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Cancers 2019, 11(4), 494; https://doi.org/10.3390/cancers11040494

Association Analysis of Deep Genomic Features Extracted by Denoising Autoencoders in Breast Cancer

1 and 1,2,3,*
1
Department of Biochemistry and Medical Genetics, College of Medicine, Faculty of Health Sciences, University of Manitoba, Winnipeg, MB R3E 0J9, Canada
2
Research Institute in Oncology and Hematology, CancerCare Manitoba, Winnipeg, MB R3E 0V9, Canada
3
Department of Computer Science, University of Manitoba, Winnipeg, MB R3T 2N2, Canada
*
Author to whom correspondence should be addressed.
Received: 17 March 2019 / Revised: 3 April 2019 / Accepted: 4 April 2019 / Published: 7 April 2019
(This article belongs to the Special Issue Application of Bioinformatics in Cancers)
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Abstract

Artificial intelligence-based unsupervised deep learning (DL) is widely used to mine multimodal big data. However, there are few applications of this technology to cancer genomics. We aim to develop DL models to extract deep features from the breast cancer gene expression data and copy number alteration (CNA) data separately and jointly. We hypothesize that the deep features are associated with patients’ clinical characteristics and outcomes. Two unsupervised denoising autoencoders (DAs) were developed to extract deep features from TCGA (The Cancer Genome Atlas) breast cancer gene expression and CNA data separately and jointly. A heat map was used to view and cluster patients into subgroups based on these DL features. Fisher’s exact test and Pearson’ Chi-square test were applied to test the associations of patients’ groups and clinical information. Survival differences between the groups were evaluated by Kaplan–Meier (KM) curves. Associations between each of the features and patient’s overall survival were assessed using Cox’s proportional hazards (COX-PH) model and a risk score for each feature set from the different omics data sets was generated from the survival regression coefficients. The risk scores for each feature set were binarized into high- and low-risk patient groups to evaluate survival differences using KM curves. Furthermore, the risk scores were traced back to their gene level DAs weights so that the three gene lists for each of the genomic data points were generated to perform gene set enrichment analysis. Patients were clustered into two groups based on concatenated features from the gene expression and CNA data and these two groups showed different overall survival rates (p-value = 0.049) and different ER (Estrogen receptor) statuses (p-value = 0.002, OR (odds ratio) = 0.626). All the risk scores from the gene expression and CNA data and their concatenated one were significantly associated with breast cancer survival. The patients with the high-risk group were significantly associated with patients’ worse outcomes (p-values ≤ 0.0023). The concatenated risk score was enriched by the AMP-activated protein kinase (AMPK) signaling pathway, the regulation of DNA-templated transcription, the regulation of nucleic acid-templated transcription, the regulation of apoptotic process, the positive regulation of gene expression, the positive regulation of cell proliferation, heart morphogenesis, the regulation of cellular macromolecule biosynthetic process, with FDR (false discovery rate) less than 0.05. We confirmed DAs can effectively extract meaningful genomic features from genomic data and concatenating multiple data sources can improve the significance of the features associated with breast cancer patients’ clinical characteristics and outcomes. View Full-Text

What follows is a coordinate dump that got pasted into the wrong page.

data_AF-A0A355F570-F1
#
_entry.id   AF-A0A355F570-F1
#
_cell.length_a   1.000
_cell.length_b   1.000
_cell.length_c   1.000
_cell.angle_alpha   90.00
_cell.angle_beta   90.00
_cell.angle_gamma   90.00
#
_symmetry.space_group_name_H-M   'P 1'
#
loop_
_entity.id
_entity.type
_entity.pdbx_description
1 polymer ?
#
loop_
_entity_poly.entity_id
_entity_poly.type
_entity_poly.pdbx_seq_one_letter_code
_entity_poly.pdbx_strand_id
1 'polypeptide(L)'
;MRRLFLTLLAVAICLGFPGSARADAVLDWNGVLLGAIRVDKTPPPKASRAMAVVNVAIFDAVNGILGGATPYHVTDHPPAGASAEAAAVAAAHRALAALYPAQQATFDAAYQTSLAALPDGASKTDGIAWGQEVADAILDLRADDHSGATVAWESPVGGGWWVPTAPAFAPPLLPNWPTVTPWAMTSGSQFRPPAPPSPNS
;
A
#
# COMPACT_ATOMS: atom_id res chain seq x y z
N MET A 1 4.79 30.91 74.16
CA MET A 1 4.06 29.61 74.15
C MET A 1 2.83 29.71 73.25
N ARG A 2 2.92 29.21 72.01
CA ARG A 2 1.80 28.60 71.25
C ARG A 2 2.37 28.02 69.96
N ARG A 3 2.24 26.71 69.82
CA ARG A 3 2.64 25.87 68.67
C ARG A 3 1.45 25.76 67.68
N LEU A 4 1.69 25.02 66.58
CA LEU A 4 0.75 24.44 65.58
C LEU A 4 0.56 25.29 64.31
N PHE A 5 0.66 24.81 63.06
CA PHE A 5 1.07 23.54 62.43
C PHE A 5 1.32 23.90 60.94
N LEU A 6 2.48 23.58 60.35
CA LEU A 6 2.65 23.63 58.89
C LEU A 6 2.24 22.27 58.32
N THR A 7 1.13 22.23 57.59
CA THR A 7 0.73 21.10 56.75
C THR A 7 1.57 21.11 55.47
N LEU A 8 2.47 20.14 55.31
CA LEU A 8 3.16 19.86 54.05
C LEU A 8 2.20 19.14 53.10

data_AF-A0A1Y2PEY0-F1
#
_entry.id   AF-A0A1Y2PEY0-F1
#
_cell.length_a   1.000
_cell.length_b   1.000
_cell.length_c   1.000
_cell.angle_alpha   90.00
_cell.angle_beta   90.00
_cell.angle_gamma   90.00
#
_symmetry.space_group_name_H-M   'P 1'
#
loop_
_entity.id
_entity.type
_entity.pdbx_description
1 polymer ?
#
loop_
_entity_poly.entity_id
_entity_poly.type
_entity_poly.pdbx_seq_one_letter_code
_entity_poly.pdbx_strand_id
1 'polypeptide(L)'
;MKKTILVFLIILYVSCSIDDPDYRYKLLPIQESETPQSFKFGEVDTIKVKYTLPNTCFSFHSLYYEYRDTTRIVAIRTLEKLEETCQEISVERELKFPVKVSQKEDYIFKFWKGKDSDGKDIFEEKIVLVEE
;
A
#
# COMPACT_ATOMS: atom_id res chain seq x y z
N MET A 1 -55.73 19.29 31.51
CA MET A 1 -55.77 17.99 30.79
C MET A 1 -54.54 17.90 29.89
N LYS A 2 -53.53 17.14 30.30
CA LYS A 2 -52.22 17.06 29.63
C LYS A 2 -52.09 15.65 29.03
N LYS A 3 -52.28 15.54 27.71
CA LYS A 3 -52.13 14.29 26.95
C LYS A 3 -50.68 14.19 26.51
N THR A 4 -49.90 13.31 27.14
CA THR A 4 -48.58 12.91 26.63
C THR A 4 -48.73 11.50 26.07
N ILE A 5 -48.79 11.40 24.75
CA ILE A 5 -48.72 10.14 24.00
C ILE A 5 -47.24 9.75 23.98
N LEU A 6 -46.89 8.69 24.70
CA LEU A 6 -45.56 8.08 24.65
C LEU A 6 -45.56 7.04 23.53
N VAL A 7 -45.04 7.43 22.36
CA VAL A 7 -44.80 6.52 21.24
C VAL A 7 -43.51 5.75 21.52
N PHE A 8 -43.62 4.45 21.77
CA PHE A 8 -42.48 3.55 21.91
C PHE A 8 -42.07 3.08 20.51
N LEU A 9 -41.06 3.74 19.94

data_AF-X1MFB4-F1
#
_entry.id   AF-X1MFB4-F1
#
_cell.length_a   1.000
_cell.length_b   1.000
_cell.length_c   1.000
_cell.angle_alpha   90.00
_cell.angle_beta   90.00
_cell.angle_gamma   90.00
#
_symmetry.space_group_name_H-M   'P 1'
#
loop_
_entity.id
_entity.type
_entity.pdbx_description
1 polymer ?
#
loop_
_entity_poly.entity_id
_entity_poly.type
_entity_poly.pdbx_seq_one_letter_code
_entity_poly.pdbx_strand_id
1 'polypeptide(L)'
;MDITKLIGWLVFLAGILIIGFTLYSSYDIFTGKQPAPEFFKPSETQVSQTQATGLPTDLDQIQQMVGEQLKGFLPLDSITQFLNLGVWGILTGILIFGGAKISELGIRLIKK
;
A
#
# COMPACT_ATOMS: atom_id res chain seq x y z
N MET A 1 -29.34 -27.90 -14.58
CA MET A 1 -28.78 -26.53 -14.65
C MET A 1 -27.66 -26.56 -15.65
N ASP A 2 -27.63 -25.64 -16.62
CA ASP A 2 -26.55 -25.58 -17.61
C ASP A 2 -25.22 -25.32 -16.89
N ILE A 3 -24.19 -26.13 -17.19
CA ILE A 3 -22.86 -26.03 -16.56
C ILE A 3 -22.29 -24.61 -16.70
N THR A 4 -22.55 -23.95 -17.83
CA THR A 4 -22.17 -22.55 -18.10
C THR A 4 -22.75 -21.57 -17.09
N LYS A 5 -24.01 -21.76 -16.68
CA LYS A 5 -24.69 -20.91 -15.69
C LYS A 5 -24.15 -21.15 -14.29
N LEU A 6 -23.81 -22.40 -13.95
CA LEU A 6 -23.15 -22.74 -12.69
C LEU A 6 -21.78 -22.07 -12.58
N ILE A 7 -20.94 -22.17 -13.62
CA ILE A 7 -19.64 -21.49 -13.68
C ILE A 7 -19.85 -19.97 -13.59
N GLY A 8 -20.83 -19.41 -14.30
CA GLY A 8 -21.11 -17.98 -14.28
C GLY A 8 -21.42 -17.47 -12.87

Keywords: denoising autoencoders; breast cancer; feature extraction and interpretation; concatenated deep feature denoising autoencoders; breast cancer; feature extraction and interpretation; concatenated deep feature
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Liu, Q.; Hu, P. Association Analysis of Deep Genomic Features Extracted by Denoising Autoencoders in Breast Cancer. Cancers 2019, 11, 494.

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